It’s suppose to be nicer weather, 40’s warming into 60. Still, it’s always cold downtown. You have to bundle up, brings blankets, and bring hot chocolate. Don’t forget your mittens. Schools from all over the metro area bring their marching bands, local businesses have the floats they have every year, but always some new ones. The big inflateables walked by groups of people holding onto the ropes, an unchoreographed tabula rasa. The crowds on the sidelines cheer and taunt them: "SPIN! SPIN! SPIN!" and they will all run in a circle, making their helium filled charge pirouette to the delight of everyone. A local grocery chain has a giant shopping cart, powered by a stock car engine. The thing is over twenty feet tall.
Street vendors push carts, selling cotton candy, popcorn, snap n pops, funny hats, foam reindeer antlers. Everyone is cold and happy, feeling the inner glow of the sense of community.
Father Time still walks the parade, I think. I talked to him last year, and he gave me a copy of newspaper clippings about him from his glory days, but I may have lost it. Father Time is this old guy, dressed as Uncle Sam, who is in the parade every year. He is as much a part of St Louis local culture as Beatle Bob, and much less annoying. He ran a produce stand, I don’t know if he still does. He used to drive an old school bus until the city told him it was no longer safe to drive.
About twenty years ago maybe, his wife died. After that, he needed a hobby. He painted the school bus red white and blue, painted slogans on it and carried flags. He drove the bus in the parade for many years, honking and waving to people. "Father Time says ‘God Bless America,’" the side of the bus said. He tossed candy out for the kids.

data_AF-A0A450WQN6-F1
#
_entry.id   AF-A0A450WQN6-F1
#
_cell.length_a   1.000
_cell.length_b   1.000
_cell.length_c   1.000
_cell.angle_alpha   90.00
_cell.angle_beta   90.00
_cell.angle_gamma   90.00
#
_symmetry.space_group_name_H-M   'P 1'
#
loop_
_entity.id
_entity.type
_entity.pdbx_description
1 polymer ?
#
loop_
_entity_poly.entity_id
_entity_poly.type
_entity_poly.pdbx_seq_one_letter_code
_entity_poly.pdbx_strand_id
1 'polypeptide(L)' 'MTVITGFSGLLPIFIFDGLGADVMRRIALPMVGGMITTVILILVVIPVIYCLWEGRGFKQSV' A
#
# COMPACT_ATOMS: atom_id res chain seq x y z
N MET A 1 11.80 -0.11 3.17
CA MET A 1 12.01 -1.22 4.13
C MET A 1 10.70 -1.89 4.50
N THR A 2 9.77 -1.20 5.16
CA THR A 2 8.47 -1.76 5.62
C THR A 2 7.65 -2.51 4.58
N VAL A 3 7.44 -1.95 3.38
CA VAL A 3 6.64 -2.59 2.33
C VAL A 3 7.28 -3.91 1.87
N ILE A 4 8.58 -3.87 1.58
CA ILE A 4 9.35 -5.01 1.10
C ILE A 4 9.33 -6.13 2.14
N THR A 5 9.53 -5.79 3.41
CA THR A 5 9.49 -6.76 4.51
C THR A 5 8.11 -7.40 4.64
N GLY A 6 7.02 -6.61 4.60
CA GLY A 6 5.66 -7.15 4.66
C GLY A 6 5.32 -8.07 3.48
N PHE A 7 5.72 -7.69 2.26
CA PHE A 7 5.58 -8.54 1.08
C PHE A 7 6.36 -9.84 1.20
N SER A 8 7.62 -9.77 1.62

When he could no longer drive the bus in the parade, he walked. A couple of years, I saw him twice. He walked the parade route, stopping and talking to people, shaking hands, chatting and waving–twice.
He’s getting older, and I don’t think he can lap them anymore. But the chance I had for a brief chat last year made me feel like I owned a part of history.
I don’t know if Father Time will be there this year. I don’t know what the weather will really be like, but I’m hopeful the forecast is right. I don’t know how I’m going to coordinate getting down to the parade, getting the kids back, and then getting to my Dad’s and starting the cooking in time. Detroit has to work in the middle of the day. It’s like her manager said, "Let’s see, when can I have someone work that would completely ruin their Thanksgiving? Hmmmmm. . .how about. . .noon to four?"
So that is a raw deal for her, I wanted to be able to take her to the parade as well; she’s never been. But we wouldn’t be able to be back in time. And then I get to do the majority of the cooking, which is a risky proposition at best. She will show up in time for Dinner, in the evening. Me, her, Dad, and my sister. At least I won’t be ruining food for alot of people.
Maybe my dad’s girlfriend will stop by too, that would be nice. We’ll have some drinks, too, and watch football, because Dad wants to watch it, and we’ll all sweat and be uncomfortably warm, because Dad is always cold and has the heat set near 80. Thinking about the Thanksgivings past, the big gatherings, and how I may not have that ever again. If I do, it certainly won’t be with the same people. Holiday memories are pieces of dark, bittersweet chocolate.
I could carefully craft this essay, this well thought-out monologue, and pull it in to the station right here at the stop where, traditionally, it comes back around to what we’re thankful for. But maybe I’m not that good. Besides, there are none-too-subtle hints here as to what I’m thankful for, and I don’t, for once, feel like repeating myself. Either you will pick up on them or you won’t.
I am grateful for the days I get to be with my children, and thankful most of all that I realize now that those are the best days of my life.